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Deliberate handling or not (case study)

Deliberate handling or not? That is always an interesting discussion for tv pundits and players, but also for referees. What are the criteria for a deliberate handball?

KNVB has made an interesting video with lots of examples, but I’d like you to do some homework first.

Get a pen and paper. Write down as many things you know about deliberate handling, because that will help you discover the rules the best.

Difficult isn’t it? How many bullet points do you have?

Now check out the video of non-deliberate handling. Below the video you’ll get the explanation by the Laws of the Game.

Laws of the Game on deliberate handling

According to the KNVB all these examples are non-deliberate handling. But why? Check out what criteria are mentioned in the Laws of the Game on page 96.

“Handling the ball involves a deliberate act of a player making contact with the ball with the hand or arm. The following must be considered:

  • the movement of the hand towards the ball (not the ball towards the hand)
  • the distance between the opponent and the ball (unexpected ball)
  • the position of the hand does not necessarily mean that there is an offence
  • touching the ball with an object held in the hand (clothing, shinguard, etc.)
    is an offence
  • hitting the ball with a thrown object (boot, shinguard, etc.) is an offence”

How many of these bullet points did you write down before watching the video? I hope you like these small exercises that will keep your LOTG knowledge on par. Want to test that on a weekly basis? Check out the LOTG Quizzes.

No deliberate handling according to Danny Makkelie


  • James

    Thanks, this is a perfect lesson on this topic.

    Another criterion I use, which is somewhat encompassed by your bullet points, is whether or not the hand/arm is in a natural position. Thus, a hand/arm hanging down by the player’s side is in a natural position; a hand/arm raised in the air is not.

    A good example of this is Bastien Schweinsteiger’s “famous” handling in the closing minutes of the 2016 Euro semifinals. I agree with the referee’s call and his decision to award a penalty kick (and a booking) because, even though there doesn’t seem to be any deliberateness on Schweinsteiger’s part, the fact that he had his arm raised in the air (unnecessarily), rendered it handling.

    • Jan ter Harmsel

      That is the situation where he puts his hands in the air and touches it, right? I think that is an unnatural position indeed. The referee probably have given the yellow because of a promising attack (attacker could head it towards the goal) or unsporting behaviour (although I find it a bit unlucky), but the fact it’s handling does NOT mean it’s a yellow as well.

    • Peter Grove

      I think it’s important to remember that the law has one primary consideration – the handling must be deliberate. The other factors are things to be borne in mind as helpful in making a judgement on that primary requirement. Also remember that the law specifically says that hand/arm position does not necessarily mean there is an offence.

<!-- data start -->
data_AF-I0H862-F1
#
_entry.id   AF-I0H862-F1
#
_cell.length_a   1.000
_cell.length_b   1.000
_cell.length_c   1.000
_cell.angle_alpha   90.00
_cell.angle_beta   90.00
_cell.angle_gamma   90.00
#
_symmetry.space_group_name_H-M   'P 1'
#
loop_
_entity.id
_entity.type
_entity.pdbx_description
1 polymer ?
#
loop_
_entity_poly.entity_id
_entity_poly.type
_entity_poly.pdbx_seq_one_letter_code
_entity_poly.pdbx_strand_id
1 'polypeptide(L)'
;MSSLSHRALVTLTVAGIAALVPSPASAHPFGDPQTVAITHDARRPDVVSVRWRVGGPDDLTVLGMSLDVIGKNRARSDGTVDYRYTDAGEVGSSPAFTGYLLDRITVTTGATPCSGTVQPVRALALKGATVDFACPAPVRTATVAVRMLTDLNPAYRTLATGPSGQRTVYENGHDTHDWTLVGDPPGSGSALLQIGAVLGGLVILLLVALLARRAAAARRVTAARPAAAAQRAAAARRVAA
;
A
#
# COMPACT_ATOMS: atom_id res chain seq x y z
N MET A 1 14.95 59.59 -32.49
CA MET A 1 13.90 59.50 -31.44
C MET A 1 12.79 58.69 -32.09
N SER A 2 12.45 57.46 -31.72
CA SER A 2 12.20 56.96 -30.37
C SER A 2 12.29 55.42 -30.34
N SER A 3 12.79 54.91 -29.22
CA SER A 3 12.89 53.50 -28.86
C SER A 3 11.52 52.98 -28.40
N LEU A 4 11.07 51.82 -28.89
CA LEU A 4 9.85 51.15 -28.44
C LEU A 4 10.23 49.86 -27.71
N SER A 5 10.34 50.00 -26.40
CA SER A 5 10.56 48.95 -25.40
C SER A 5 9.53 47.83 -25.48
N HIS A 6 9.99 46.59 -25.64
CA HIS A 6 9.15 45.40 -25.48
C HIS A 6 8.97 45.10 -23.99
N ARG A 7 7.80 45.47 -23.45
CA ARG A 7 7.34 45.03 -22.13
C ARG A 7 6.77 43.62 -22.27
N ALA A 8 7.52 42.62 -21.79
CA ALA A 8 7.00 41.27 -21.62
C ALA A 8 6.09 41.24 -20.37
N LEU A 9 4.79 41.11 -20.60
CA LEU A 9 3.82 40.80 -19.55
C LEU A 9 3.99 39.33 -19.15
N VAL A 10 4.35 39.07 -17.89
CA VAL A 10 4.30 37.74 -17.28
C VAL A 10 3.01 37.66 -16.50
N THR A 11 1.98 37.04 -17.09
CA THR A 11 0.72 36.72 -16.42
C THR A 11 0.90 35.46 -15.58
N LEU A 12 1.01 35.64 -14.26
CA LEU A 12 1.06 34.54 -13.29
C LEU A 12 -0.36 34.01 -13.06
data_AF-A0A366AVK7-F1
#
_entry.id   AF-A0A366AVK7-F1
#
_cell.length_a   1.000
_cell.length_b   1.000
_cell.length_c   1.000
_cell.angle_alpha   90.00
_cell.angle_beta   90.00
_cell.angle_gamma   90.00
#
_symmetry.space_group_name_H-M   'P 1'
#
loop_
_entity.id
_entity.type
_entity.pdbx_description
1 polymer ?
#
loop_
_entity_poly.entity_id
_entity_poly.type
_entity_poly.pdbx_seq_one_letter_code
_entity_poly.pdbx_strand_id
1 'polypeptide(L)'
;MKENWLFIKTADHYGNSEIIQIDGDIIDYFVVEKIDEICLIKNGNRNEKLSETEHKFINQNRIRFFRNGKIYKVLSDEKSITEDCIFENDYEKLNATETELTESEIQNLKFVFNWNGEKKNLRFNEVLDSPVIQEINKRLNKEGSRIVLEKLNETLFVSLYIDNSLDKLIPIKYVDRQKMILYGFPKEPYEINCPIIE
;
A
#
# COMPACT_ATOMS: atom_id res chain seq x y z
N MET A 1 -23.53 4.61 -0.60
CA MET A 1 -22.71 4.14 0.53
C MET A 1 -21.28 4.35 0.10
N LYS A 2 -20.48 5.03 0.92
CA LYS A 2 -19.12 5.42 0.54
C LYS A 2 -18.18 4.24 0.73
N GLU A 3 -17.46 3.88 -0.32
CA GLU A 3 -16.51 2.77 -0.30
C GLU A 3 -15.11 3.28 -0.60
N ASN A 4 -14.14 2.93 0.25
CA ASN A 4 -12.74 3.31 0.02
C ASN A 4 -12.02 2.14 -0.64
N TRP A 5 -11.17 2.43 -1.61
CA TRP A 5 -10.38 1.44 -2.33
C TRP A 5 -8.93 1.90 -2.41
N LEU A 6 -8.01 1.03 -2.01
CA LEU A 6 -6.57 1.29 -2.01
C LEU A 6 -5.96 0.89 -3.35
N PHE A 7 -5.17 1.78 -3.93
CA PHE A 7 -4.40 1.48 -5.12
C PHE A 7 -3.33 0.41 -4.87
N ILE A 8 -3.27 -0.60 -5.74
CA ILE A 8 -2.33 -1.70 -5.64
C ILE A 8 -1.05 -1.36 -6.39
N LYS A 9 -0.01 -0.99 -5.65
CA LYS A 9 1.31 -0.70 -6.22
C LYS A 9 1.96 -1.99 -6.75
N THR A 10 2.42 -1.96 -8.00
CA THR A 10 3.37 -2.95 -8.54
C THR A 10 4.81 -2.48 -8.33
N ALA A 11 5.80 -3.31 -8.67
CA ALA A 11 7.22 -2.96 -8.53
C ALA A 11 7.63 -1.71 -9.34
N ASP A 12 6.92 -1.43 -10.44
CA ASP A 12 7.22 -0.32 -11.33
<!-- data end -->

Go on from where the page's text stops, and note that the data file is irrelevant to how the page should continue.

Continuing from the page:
So natural/unnatural position of the arm should only be used insofar as it helps the referee to make a decision as to the deliberate nature of the handling.

      It sometimes seems to me that arm position is used by some as the sole basis on which to make the decision. For me, both logically and based on what the law says about arm position not being necessarily definitive, this is wrong.

      Just because the arm is in an unnatural position, it does not always mean an offence has been committed, it is just one of the factors to be considered.

  • Michael

    What about the situations where the arm is in front of another part of a player’s body, and would have hit that part if it wasn’t for the arm in front? For example – arm/hand in front of a player’s chest, face or by their side when turned?

    • Jan ter Harmsel

      That really depends on the position of the arm. But having the arm down on the side of your body, makes it a natural position to me. In all other situations I wonder if that’s the case.

  • Tommy Mc Guinness

    With regard to the taking of a corner kick (in your Quiz 18). I thought the law was amended that the ball must now clearly be “kicked” to avoid the situation that was orchastrated by Ryan Giggs for Man. Utd a few years back

    • Jan ter Harmsel

      There is a rewording indeed, Tommy. The Laws of the Game now mention that the ball needs to move clearly. That’s what I put in the question. The exact wording is: “The ball is in play when it is kicked and clearly moves; it does not need to leave the corner area.” Clearly is not defined in centimetres, but if the ball barely moves, that’s not clearly for me. Just putting your feet on top of the ball and kicking it 1 or 2 inches. Not clear to me.

  • David Halter

    So I’m not sure about the last clip there. The ref signals that his arm was near to his body, which is not the case. There is surely no intention there, but a lot of defenders nowadays are very aware of the possibility of a handball and keep their hands behind their backs. He makes himself biger there. Whats your oppionion Jan?

    • Jan ter Harmsel

      The arm is hanging there at the moment the ball touches it. Before the touch it’s in a more unnatural position, not when it touches the hand. For me it’s not a handball.

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